1. Know Your Sin
  2. Fight Your Sin
  3. Trust Your Savior

In order to fight our sin, we have to know what our sin is: Is it vanity, lust, pride, anger? Once we’ve identified our sin, we then need to know why we’re prone to it. We need to “get to the sin beneath the sin” (p. 46). Once we know where to strike, we can begin to put our sin to death so that our joy may be complete in Christ. And by trusting in Christ, we can be assured of both the promise of eternal life and the strength of the Holy Spirit to fight and put our sin to death (cf. Rom. 8:13).

Fight Clubs offers a powerful appeal. Biblical community on mission to glorify Christ. This is something that many of us sorely lack in our lives, and the concept is one that I want to implement into my discipling relationships. It’s honestly too easy to slip into a routine of “just hanging out” and not talking about Jesus or getting into some sort of bizarre checklist/sin management type thing that really kills the spirit of the relationship. I would highly encourage you to download the e-book or purchase a hardcopy from Lulu.com, and be inspired to continue to fight the good fight.

Sunday Shorts (08/02)

Get Religion Saves—Free!

Mark @ Here I Blog is giving away a free copy of Mark Driscoll’s Religion Saves and Nine Other Misconceptions.

To enter, all you need to do is comment and tell him why you’d like to win the book (and saying you like free books doesn’t count).

The drawing is August 8th, so enter today.

Free E-Book—Fight Clubs: Gospel Centered Discipleship

Jonathan Dodson‘s Fight Clubs: Gospel Centered Discipleship is now available as a free e-book from The Resurgence. Download a copy in PDF format or purchase a copy through Lulu.com.

UPDATE (08/04): Read my review of this book here.

Free Audiobook: The Divine Comedy

Dante Alighieri’s The Divine Comedy is this month’s free audiobook of the month at ChristianAudio.com. Use the coupon code AUG2009 to get this book free.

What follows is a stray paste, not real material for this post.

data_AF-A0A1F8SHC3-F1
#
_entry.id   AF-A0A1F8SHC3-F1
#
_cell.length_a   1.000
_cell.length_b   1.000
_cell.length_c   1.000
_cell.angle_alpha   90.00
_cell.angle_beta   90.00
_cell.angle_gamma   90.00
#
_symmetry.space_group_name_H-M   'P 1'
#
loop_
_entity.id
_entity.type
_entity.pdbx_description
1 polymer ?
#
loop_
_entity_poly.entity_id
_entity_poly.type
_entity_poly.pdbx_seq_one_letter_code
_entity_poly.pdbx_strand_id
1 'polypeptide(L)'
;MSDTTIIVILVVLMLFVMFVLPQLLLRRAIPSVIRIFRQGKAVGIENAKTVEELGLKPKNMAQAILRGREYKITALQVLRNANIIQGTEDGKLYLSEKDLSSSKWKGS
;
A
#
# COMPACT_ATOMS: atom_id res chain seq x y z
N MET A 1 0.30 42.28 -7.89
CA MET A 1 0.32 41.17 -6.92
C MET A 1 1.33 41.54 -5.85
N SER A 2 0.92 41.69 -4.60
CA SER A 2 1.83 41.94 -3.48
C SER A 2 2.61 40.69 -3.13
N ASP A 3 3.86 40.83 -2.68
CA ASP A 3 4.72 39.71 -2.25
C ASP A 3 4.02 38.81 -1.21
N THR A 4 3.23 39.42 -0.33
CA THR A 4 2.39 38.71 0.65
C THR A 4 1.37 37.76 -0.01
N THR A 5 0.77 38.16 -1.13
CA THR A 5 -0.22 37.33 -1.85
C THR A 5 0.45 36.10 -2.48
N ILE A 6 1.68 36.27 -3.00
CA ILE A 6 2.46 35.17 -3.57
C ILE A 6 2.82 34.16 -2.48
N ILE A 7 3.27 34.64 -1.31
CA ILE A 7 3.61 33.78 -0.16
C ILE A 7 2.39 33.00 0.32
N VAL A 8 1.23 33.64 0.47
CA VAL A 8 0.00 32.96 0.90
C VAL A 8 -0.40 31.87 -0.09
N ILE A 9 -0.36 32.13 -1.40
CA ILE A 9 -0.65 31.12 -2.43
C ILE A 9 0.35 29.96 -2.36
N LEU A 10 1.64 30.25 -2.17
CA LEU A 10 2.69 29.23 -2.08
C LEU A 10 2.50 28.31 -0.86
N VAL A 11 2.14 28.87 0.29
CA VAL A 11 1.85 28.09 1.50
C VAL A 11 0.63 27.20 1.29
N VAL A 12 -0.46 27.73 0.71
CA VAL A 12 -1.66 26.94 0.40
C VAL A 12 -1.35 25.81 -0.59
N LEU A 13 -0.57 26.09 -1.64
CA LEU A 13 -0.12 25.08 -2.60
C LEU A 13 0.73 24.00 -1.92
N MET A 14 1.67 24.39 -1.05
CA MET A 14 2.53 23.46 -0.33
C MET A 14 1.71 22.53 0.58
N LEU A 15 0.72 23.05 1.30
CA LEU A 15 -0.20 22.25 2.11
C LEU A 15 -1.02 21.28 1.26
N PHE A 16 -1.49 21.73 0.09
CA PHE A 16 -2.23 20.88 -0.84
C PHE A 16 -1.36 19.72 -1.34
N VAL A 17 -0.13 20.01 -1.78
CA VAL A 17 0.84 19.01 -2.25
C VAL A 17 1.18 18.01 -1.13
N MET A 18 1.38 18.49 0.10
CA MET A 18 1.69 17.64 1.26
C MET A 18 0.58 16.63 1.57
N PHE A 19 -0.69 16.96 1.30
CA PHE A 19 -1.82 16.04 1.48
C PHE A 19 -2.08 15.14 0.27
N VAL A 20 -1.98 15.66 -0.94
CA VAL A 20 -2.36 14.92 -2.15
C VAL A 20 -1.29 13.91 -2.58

Out of the Archives: Just Do Something

just do something“I feel like God wants me to be alone for a while.”

“I’m waiting for God to open a door to the right job.”

“If I choose this school, will I be going against God’s will for my life?”

We’ve all statements like these before. Whether it’s dating and marriage, the quest for the perfect job, what college to go to or where to buy a house, many Christians get hung up on the question of God’s will: Is it God’s will that I do XYZ? What is God’s will for my life and how can I know what it is? While it’s good to be concerned about living a life that glorifies God, sometimes we spend too much time navel-gazing when we really ought to just do something!

That, in a nutshell, is the point of Kevin DeYoung’s book, Just Do Something... Read the rest of this review.

In case you missed it

Here are a few of this week’s notable posts:

Everyday Theology: “Preach the Gospel always, if necessary use words” Why our approach to evangelism needs to be more than good works.

Some Doubted If people stood before the resurrected Christ and still doubted, we need more than a good argument or a nice experience: We need the intervention of the Holy Spirit.

“Free Pass” Theology Some early thoughts on a difficult subject: Do babies and young children automatically get into Heaven?